Ghana has been ranked 2nd to Sudan in the practice of open defecation. Considering Ghana’s repute on the international scene, this achievement is a dent on the reputation of a country referred to as the gateway to West Africa. In Ghana, three out of five people practice open defecation and in the last 25 years Ghana has only made 1% progress to eliminate the practice. It is estimated that if the rate at which strategies, interventions and laws are being implemented remains the same then it could take 5 centuries to eliminate the practice in Ghana.
This article will illustrate the linkage between open defecation and malnutrition, and why it is necessary to abolish the act as soon as possible. Literally, every three out five Ghanaians practice open defecation which has direct impact on nutrition with children being highly at risk. Annually, 4000 children die due to poor water and sanitation and 23% of Ghanaian children suffer chronic malnutrition.
Open defecation aids the spread of communicable diseases such as cholera, dysentery, etc. Fecal matter are known to contain many kinds of pathogens including but not limited to protozoa, viruses and worm larvae. These pathogens can be transferred to healthy hosts and there are several ways that this happen. For instance, the pathogens can be passed on to food when hands are not washed properly after defecation. The pathogens can also be picked from the soil by crawling children and introduced into the mouth. The most likely to occur is when fecal matter is washed by running water into a water body that serve as a drinking water source to people, thereby exposing the users to harmful pathogens. Once, the pathogens enter the host, they attach themselves to the walls of the intestines. The intestines in a state of defense, expel a lot of water which leads to diarrhea. As a result, nutrients that are important for heathy growth leave the body without being assimilated into the walls of the intestine. A repetition of this process cause the structure and nature of the wall to change, making it difficult for anything to be absorbed by the intestines, including the nutrients. At a long run, the host becomes malnourished or dies due to lack of essential nutrients and excessive loss of fluids.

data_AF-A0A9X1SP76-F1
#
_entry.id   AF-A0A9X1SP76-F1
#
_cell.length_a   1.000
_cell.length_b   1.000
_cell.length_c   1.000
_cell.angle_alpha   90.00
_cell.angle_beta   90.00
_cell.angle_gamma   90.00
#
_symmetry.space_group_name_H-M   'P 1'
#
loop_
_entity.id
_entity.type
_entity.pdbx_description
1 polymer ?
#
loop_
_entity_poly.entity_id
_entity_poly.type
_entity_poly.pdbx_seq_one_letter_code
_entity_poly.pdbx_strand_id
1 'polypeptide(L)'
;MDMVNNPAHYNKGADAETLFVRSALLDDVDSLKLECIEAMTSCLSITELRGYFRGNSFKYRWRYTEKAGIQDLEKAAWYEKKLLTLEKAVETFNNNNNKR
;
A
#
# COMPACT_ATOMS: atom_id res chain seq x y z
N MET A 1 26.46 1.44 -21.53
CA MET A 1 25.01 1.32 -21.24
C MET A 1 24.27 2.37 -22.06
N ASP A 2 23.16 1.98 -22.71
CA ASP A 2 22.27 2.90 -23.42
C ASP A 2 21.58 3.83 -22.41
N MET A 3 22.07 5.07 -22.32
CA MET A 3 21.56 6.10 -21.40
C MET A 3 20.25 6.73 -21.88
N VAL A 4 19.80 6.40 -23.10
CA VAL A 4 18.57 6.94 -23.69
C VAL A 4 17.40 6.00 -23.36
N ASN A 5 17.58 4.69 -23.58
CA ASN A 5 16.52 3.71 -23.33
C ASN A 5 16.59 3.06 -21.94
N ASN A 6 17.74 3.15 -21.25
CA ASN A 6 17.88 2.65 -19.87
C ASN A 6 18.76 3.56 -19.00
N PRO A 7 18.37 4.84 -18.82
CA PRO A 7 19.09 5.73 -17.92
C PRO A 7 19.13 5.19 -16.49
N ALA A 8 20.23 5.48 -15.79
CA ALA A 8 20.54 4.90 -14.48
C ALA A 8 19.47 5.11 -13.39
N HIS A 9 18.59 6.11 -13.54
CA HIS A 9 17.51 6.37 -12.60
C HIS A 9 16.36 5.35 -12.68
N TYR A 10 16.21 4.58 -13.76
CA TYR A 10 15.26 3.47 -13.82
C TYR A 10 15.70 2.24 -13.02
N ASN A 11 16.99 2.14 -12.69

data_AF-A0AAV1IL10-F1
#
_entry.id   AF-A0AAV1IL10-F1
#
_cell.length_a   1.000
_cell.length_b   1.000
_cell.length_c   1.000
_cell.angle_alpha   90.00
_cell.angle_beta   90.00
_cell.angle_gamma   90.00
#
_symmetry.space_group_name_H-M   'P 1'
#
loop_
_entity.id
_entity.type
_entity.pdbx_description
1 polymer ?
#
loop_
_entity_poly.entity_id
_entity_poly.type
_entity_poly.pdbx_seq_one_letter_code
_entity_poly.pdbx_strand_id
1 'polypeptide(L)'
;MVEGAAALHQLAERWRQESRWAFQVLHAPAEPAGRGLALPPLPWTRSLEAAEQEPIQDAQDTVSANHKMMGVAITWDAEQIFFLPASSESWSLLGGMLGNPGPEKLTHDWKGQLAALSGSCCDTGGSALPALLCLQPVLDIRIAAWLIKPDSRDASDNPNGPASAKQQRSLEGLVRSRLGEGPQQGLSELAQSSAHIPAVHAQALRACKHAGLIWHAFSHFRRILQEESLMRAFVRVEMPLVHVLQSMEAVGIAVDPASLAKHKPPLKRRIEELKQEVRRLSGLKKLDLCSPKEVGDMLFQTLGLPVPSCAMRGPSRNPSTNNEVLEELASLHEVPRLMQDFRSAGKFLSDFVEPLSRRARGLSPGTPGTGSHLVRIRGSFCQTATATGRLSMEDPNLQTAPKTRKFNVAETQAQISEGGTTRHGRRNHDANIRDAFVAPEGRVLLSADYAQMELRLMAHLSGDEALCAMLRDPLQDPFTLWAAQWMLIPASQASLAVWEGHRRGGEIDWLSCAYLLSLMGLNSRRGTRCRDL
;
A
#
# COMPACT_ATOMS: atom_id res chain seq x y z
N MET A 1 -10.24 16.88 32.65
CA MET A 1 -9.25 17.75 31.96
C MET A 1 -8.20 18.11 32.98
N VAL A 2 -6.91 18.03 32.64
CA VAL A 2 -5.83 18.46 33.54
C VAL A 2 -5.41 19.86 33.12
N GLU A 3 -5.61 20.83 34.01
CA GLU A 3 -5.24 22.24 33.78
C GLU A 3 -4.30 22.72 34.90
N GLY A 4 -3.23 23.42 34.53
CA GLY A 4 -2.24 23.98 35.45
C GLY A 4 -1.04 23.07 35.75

Now I believe the link between open defecation and undernutrition is clear. Other negative impact of open defecation are, increase in risk of assault of children and women, lack of financial growth among vulnerable families, etc. This situation is very worrying, right? Yes, it is but solutions exist that can prevent the problem. With access to improved toilets, diarrheal diseases can be reduced by one-third and washing of hands with soap and water halves the risk. Hence, an investment in an improved toilet is an investment in development.
Open defecation cannot be defeated without access to improved toilets facilities by all. We know the solutions, so it is now a matter of political will, funding and behavioral change. Let us be that generation that removes Ghana from the list of countries practicing open defecation.
Jacob K. Amengor
Senior Content Creator & Environmentalist